Deaths this week: Marie Meyer, Larry Christerson, Charles Schurick, Donna West, Claude West.

  On Sunday at the East Enterprise Fire House Richard Lay and son Richie Lay were honored for their recent heroism. The father and son saved two children from a pick up truck that had rolled into a pond.

  James “Butch” and Peggy Hilligoss celebrated their 50th wedding anniversary.

  Gayle Lay and Jason Sullivan have announced their engagement and approaching marriage. The couple will be married on August 20th, with a private family ceremony.

  Alvin and Kathleen Cole of Fairview celebrated their 71st wedding anniversary on August 14th. 


  Bill and  Mickie McCalip of Vevay will celebrate their 50th anniversary on Sunday, September 2nd. The couple was married on September 2nd, 1951, in Osgood Baptist Church by the Reverend D.D. Dickerson. It was the first formal wedding that the minister had performed. The day of the wedding the couple took a ride in Mickie’s father’s 1903 chain-driven Rambler.

  James and Peggy (Pike) Hilligoss of Markland will celebrate their 40th wedding anniversary this Sunday, August 26th, at the Jack Sullivan Building of the Switzerland County Senior Citizens Center from 2-5 p.m. The couple was married on August 26th, 1961, at the Vevay Christian Church by Brother Oscar Potter. They left four days later for Rapid City, South Dakota, where he was stationed in the Air Force. Peggy is a LPN at Swiss Villa Living Center in Vevay.


  R.B. and Ruby (Dykes) Garland of Centerville, Kentucky, will celebrate their 65th wedding anniversary with a reception September 8th at the Centerville Methodist Church in Bourbon County, Kentucky.

  Carl Powers of route 1, Patriot, grew a huge yellow watermelon. It stands about 48 inches tall and was 27 inches around. It weighs close to 100 pounds. Powers said he only put out six watermelon seeds this year and put a gallon of Miracle Grow on each plant when it was just a few inches tall. He said he also weeded the garden regularly, until it got so hot he felt the weeds would help shelter the melons from the hot sun.


  In 1976, Indianapolis Power & Light Company (IPALCO) informed Charles and Louise Tillotson that it wanted to build a power plant on their land along the Ohio River off State Road 156, above Patriot. They have been awarded $1,122,939 in damages, in a suit settled late last Thursday but a jury in Jennings Circuit Court.

  The recent Swiss Alpine Festival has been labeled “the most successful” since the inception of the event. And, with about 13,000 people attending, the festival committee is expected to make a profit. According to Karen Miller, committee treasurer, there should be about $3,500 in black ink after all expenses are paid.


  Members of Switzerland County Soil and Water Conservation District’s board of supervisors inspected the new triennial atlas and plat book recently complied by the service and just received from the printer this week. The plat books are available to local residents at the district’s Vevay office.

  Hair should be out of the eyes, should not cover the ears or collar, and should be clean. Girls are to wear skirts and dresses of reasonable length. Such phrases were fighting words to some Switzerland County High School students last year and the dress code is back this year in guidelines for student dress announced this week by school officials. However, quite unlike last year the new “guidelines” announced this week by William Smith, new assistant principal are “suggested” guidelines and are not mandatory. However, extreme or severe cases will be handled on an individual basis.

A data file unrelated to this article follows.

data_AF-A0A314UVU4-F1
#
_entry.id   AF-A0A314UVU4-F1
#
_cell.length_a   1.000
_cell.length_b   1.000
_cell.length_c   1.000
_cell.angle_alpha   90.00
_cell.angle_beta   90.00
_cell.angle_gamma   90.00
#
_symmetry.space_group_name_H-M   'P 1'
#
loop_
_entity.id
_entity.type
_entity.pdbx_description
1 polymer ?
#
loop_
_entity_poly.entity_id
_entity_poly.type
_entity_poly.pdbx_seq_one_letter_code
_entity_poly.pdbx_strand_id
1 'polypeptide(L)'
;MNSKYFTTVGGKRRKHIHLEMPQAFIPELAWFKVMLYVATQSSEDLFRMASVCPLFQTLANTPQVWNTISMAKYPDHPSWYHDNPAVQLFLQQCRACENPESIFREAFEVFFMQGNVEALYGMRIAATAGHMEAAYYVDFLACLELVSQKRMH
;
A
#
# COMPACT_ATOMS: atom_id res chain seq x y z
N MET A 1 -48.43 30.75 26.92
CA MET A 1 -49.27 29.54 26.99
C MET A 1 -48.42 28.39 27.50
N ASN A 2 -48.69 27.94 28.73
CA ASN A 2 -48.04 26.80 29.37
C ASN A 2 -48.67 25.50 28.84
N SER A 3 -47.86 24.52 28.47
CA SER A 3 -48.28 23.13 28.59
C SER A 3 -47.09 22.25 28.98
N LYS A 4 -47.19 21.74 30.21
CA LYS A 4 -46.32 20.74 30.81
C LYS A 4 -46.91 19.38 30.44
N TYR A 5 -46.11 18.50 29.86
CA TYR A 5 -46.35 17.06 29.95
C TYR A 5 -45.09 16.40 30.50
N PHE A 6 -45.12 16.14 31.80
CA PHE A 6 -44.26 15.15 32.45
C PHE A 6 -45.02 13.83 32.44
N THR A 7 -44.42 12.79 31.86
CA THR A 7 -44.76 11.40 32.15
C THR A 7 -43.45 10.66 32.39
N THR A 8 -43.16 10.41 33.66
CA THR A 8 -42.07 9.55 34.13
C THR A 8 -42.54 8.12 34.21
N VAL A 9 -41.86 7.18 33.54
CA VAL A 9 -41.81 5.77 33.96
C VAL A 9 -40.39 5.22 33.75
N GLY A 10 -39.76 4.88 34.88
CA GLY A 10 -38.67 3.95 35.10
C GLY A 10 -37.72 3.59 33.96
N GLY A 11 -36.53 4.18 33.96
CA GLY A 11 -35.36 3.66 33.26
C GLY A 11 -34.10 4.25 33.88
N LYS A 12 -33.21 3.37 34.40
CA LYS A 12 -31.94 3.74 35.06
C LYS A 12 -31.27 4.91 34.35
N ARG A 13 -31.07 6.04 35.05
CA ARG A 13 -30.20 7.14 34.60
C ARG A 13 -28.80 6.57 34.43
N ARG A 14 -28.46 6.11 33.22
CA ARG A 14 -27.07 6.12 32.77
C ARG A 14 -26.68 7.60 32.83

Seven directors, including Ed Furnish of Vevay, of the Burley Tobacco Growers Cooperative Association will be up for reelection in voting in their respective districts September 16th.

  At a recent meeting of the Switzerland County Heart Association Mrs. George Heady was chosen as chairman for the coming year. She succeeds Mrs. Cogley Cole Jr. Mrs. Don Stepleton will serve as vice-chairman and Russell Pickett will continue to serve as treasurer.

  Albert Allen Detmer, son of Mr. and Mrs. Carroll Detmer, rural route 1, Patriot, won the 4-H Club district tractor operator’s contest in Osgood, August 18th.

  Luther Penick, Jr., 15, son of Luther Penick, Sr., of Red Hog Pike, narrowly escaped serious injury Thursday morning when he was run over by a tractor.

  Miss Naomi Plaskett, rural route 1, Florence, is among 52 persons who have enrolled through School of Education at the University in travel study tour of Mexico.

  Wilford Dufour of Indianapolis, formerly of Vevay, has been returned to Veterans hospital there for further treatment. He has been ill for some time and has undergone surgery twice during the past two months.

  Allan Wentworth was elected president of the Switzerland County Board of Public Welfare. Wentworth was elected at the group’s annual meeting Thursday. Guy Harris, appointed to the board two months ago, was elected vice-president.


Will Sharp, a long-time resident of this county, celebrated his 90th birthday at the home of his nieces, the Misses Purdy, in New Augusta, Indiana.

Miss Julie L. Knox left Thursday for New York where she will sail Friday for Europe on the Holland-American liner “Deemdon” with her friend, Miss Dora DeLay of Lakeland, Florida. The ladies will spend six weeks there on a tour of England, Scotland, Ireland and Wales.

Taps have been sounded for the last time, by the Master Bugler, for “Woodfill of the Regulars”, the man who was chosen by General John Pershing as the outstanding American hero of World War I. Major Samuel Woodfill, 68, was found dead Monday in his rooms in the apartment building which he owned on Main Street. He was last seen alive on Friday and Deputy Coroner Ray Morrison believes that he died sometime that night from natural causes.

Mrs. C. S. Tandy, 88, is a patient in Good Samaritan Hospital in Cincinnati where she is undergoing treatment for a broken hip, which she sustained Monday evening when she fell at her home here.


  Hazel Jane Barnes of Bennington will attend the State 4-H Club Clothing Judging Contest at the Indiana State Fair August 29th as a result of her first placing in the district 4-H Clothing Judging Contest held at Madison August 13th.